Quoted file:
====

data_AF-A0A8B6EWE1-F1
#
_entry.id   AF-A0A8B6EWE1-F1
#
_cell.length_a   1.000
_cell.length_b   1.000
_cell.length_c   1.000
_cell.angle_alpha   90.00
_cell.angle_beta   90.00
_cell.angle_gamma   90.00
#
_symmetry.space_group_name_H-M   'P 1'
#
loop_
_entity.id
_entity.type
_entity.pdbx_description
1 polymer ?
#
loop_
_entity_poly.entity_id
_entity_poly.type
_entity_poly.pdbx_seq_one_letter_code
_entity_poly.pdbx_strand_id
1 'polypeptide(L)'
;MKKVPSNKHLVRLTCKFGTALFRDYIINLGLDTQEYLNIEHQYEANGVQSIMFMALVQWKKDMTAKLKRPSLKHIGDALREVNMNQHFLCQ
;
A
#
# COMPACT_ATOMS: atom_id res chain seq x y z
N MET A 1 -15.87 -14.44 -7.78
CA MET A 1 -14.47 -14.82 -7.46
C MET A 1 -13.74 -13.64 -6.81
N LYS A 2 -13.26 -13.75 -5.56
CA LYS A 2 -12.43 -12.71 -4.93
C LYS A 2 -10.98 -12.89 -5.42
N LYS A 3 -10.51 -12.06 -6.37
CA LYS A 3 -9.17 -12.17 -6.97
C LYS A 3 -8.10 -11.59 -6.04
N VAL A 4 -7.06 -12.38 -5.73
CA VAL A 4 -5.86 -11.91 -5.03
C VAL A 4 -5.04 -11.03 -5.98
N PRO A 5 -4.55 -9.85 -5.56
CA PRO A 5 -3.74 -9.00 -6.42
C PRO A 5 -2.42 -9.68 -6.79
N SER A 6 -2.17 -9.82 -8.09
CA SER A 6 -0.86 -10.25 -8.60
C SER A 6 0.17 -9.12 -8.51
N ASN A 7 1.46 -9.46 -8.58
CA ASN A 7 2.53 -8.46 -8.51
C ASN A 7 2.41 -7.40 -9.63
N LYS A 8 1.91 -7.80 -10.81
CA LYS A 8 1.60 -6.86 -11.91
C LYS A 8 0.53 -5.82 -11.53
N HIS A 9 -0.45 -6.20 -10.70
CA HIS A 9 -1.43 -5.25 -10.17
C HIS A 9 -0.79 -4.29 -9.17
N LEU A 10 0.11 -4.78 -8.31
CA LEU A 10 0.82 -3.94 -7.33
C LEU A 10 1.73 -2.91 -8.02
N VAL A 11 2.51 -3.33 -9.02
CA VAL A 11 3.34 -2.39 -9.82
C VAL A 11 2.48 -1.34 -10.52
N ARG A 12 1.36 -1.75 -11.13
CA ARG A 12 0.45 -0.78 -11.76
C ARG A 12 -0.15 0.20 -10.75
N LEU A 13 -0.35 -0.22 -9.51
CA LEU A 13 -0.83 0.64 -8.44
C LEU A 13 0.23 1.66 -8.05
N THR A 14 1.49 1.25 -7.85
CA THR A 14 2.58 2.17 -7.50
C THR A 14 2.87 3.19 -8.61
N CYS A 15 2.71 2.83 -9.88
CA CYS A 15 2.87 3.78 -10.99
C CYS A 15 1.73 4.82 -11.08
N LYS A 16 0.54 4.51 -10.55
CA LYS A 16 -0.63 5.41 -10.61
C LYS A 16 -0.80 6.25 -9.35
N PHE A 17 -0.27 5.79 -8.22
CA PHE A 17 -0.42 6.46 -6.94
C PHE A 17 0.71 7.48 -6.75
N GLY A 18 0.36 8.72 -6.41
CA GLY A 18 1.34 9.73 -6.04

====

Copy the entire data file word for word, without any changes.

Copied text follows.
data_AF-A0A8B6EWE1-F1
#
_entry.id   AF-A0A8B6EWE1-F1
#
_cell.length_a   1.000
_cell.length_b   1.000
_cell.length_c   1.000
_cell.angle_alpha   90.00
_cell.angle_beta   90.00
_cell.angle_gamma   90.00
#
_symmetry.space_group_name_H-M   'P 1'
#
loop_
_entity.id
_entity.type
_entity.pdbx_description
1 polymer ?
#
loop_
_entity_poly.entity_id
_entity_poly.type
_entity_poly.pdbx_seq_one_letter_code
_entity_poly.pdbx_strand_id
1 'polypeptide(L)'
;MKKVPSNKHLVRLTCKFGTALFRDYIINLGLDTQEYLNIEHQYEANGVQSIMFMALVQWKKDMTAKLKRPSLKHIGDALREVNMNQHFLCQ
;
A
#
# COMPACT_ATOMS: atom_id res chain seq x y z
N MET A 1 -15.87 -14.44 -7.78
CA MET A 1 -14.47 -14.82 -7.46
C MET A 1 -13.74 -13.64 -6.81
N LYS A 2 -13.26 -13.75 -5.56
CA LYS A 2 -12.43 -12.71 -4.93
C LYS A 2 -10.98 -12.89 -5.42
N LYS A 3 -10.51 -12.06 -6.37
CA LYS A 3 -9.17 -12.17 -6.97
C LYS A 3 -8.10 -11.59 -6.04
N VAL A 4 -7.06 -12.38 -5.73
CA VAL A 4 -5.86 -11.91 -5.03
C VAL A 4 -5.04 -11.03 -5.98
N PRO A 5 -4.55 -9.85 -5.56
CA PRO A 5 -3.74 -9.00 -6.42
C PRO A 5 -2.42 -9.68 -6.79
N SER A 6 -2.17 -9.82 -8.09
CA SER A 6 -0.86 -10.25 -8.60
C SER A 6 0.17 -9.12 -8.51
N ASN A 7 1.46 -9.46 -8.58
CA ASN A 7 2.53 -8.46 -8.51
C ASN A 7 2.41 -7.40 -9.63
N LYS A 8 1.91 -7.80 -10.81
CA LYS A 8 1.60 -6.86 -11.91
C LYS A 8 0.53 -5.82 -11.53
N HIS A 9 -0.45 -6.20 -10.70
CA HIS A 9 -1.43 -5.25 -10.17
C HIS A 9 -0.79 -4.29 -9.17
N LEU A 10 0.11 -4.78 -8.31
CA LEU A 10 0.82 -3.94 -7.33
C LEU A 10 1.73 -2.91 -8.02
N VAL A 11 2.51 -3.33 -9.02
CA VAL A 11 3.34 -2.39 -9.82
C VAL A 11 2.48 -1.34 -10.52
N ARG A 12 1.36 -1.75 -11.13
CA ARG A 12 0.45 -0.78 -11.76
C ARG A 12 -0.15 0.20 -10.75
N LEU A 13 -0.35 -0.22 -9.51
CA LEU A 13 -0.83 0.64 -8.44
C LEU A 13 0.23 1.66 -8.05
N THR A 14 1.49 1.25 -7.85
CA THR A 14 2.58 2.17 -7.50
C THR A 14 2.87 3.19 -8.61
N CYS A 15 2.71 2.83 -9.88
CA CYS A 15 2.87 3.78 -10.99
C CYS A 15 1.73 4.82 -11.08
N LYS A 16 0.54 4.51 -10.55
CA LYS A 16 -0.63 5.41 -10.61
C LYS A 16 -0.80 6.25 -9.35
N PHE A 17 -0.27 5.79 -8.22
CA PHE A 17 -0.42 6.46 -6.94
C PHE A 17 0.71 7.48 -6.75
N GLY A 18 0.36 8.72 -6.41
CA GLY A 18 1.34 9.73 -6.04